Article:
Kelley Kay Bowles - YA's Gift
1. Why did you choose Young Adult as a genre?
I taught high school for 20 years. Kids are a trip! All SORTS of interesting people there…I had to write about them, and about the whole high school community. But I also love murder mysteries, so I set EVERYTHING in my first six or seven novels at a high school, with young adults everywhere you look, even in the adult books.
2. Tell us a bit about Down in the belly of the Whale.
So, when I was, oh…about 33 or 34, my then-boyfriend-now-husband got a job as an administrator for a sports camp in the Berkshire Mountains. We had a small cabin in the middle of nowhere, so I got to sit in the middle of nowhere and come up with this novel. I’d been teaching at least ten years at this point, and I felt strongly that a paranormal element would be most high schoolers’ favorite way of solving problems, right? And I had a student, a teacher’s aide, whom I knew very well who was a cutter. She told me, as we sat in my classroom working on grading and planning, all about her mindset and her reasons for cutting, which were for her nothing like Cora’s trauma in the story, but equally as traumatic. I have had many students who experienced Cora’s trauma, but those events and what Harper does to get involved are purely research-based (thank you again, Pete Hautzinger, who was the DA in Grand Junction when I was doing research for this story. Down in the Belly of the Whale is set in a fictional Colorado town, but I still wanted the laws to pertain to actual Colorado)
3. Your characters feel quite real and ring true, yet you do this with a unique touch. How do you find the right character to fit your story line?
Ha-ha come on, Monica—you know as well as I do that, they find us, not the other way around! All characters I create have elements of real people I have encountered at some point, but then they get all mashed together and stretched and twisted around, and it turns into someone entirely new and unique. It’s magical, and I don’t know where it comes from.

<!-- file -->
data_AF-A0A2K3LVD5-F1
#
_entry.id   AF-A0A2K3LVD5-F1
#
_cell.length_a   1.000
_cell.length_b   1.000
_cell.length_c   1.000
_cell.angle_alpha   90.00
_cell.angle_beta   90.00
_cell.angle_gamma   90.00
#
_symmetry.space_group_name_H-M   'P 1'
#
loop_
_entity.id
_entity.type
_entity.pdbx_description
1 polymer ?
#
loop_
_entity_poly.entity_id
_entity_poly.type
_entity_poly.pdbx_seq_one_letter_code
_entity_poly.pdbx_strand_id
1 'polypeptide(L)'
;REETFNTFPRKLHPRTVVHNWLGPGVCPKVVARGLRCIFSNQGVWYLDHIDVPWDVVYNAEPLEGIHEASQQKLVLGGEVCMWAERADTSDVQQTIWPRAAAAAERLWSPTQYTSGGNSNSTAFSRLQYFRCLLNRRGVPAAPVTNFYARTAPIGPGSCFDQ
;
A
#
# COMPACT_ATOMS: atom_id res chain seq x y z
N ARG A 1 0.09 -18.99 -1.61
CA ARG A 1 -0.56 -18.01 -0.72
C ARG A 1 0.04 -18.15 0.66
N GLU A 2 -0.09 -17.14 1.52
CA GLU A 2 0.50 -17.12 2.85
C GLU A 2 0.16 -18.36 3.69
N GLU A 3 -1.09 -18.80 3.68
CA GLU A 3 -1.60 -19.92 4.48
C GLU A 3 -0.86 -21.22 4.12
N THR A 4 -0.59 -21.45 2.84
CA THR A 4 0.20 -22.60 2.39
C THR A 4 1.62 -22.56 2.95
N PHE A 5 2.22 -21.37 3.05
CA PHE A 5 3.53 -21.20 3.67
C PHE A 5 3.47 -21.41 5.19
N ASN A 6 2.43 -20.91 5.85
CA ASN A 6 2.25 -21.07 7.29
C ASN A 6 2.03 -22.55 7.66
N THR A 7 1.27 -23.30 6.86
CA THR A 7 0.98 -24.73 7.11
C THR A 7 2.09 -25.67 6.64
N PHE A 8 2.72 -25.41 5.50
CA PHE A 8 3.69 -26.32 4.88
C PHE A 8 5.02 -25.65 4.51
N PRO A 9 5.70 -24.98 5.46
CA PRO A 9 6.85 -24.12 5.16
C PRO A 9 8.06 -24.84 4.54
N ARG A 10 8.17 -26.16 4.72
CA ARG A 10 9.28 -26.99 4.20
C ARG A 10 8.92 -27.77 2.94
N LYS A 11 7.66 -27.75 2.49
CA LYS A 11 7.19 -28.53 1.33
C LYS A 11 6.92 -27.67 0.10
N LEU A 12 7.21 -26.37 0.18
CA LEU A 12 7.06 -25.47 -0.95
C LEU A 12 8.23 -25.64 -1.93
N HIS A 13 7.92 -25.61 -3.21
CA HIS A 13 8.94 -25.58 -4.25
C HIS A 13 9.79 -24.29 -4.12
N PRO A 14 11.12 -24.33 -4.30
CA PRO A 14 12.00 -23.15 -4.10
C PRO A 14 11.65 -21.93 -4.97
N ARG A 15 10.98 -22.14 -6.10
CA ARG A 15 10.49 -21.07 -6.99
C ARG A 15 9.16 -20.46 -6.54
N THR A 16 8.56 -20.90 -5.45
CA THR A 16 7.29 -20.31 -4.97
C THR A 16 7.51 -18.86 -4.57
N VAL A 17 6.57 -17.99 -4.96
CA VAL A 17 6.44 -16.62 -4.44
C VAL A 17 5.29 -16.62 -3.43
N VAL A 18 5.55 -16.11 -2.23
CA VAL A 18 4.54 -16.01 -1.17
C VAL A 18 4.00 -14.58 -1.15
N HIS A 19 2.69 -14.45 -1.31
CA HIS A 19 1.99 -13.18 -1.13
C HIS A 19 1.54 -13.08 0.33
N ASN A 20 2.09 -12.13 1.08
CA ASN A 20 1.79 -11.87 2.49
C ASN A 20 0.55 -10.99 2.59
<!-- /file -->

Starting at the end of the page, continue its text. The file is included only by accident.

4. Do you have any other talents?
Hee hee I love singing karaoke, but really my only talent in that venue is not giving a rip what other people think, so that allows me to turn it into a performance!
5. What is your preferred genre?
Actually, I like them all; it just depends on my mood. I lean toward mystery/thriller and YA, but I taught science fiction, so there’s a lot of stuff I read there that I really enjoyed as well. I don’t love romance as a genre, but I like when there are ELEMENTS of romance in other books. I don’t love history books, but I like when there is historical research. I love horror, but only the Stephen King/Dean Koontz kind that are actually happy endings, total idealism in disguise. No pointless slasher stuff.
6. How does your writing process work?
I wish I knew. Seriously. I try and listen and look and smell and feel everything around me, and then…I just get an idea. I’m well aware there’s no such thing as an original idea—I mean, look at Shakespeare even—he’s, my favorite! Romeo and Juliet come from an Italian poem! It’s about taking input from lots of places and putting it into your own container.
7. Tell us something about yourself that no one knows
I’m a rabid over-sharer, so … new info about me is tough to find. I said one thing on a questionnaire like this a long time ago, so it’s probably hard to find now, and I’ve kind of been too busy lately to even do it. This is it: sometimes I rehearse things in my head before I say them.
8. Are you working on any new stories?
Always. Feels like millions at a time, but I’m focused specifically on two projects: one is a YA paranormal series called The Meld. I’ve only written the first book: Paper Fields, Millie Mahoney’s story, and I’m trying to find an agent for it, because I think it’d also be a cool limited run tv series, you know, where each storyline is like an 8-episode season. And there are so many streaming services now who are on the constant lookout for content. But I haven’t had any luck so far, and I’m much better at writing stories than at marketing myself. I’m just not ambitious enough in that way! I’m also supposed to be done with the Chalkboard Outlines series as of book 3, which will be released this month, but I feel like the story’s not over. So I’m writing a 4th book in the hopes that my publisher feels like story 4 ends the whole thing more satisfactorily.
9. What would you like your stories to bring to the readers?
I want them to be entertained. It’s also good for me (because, you know…I’m a teacher by trade) if they learn something new.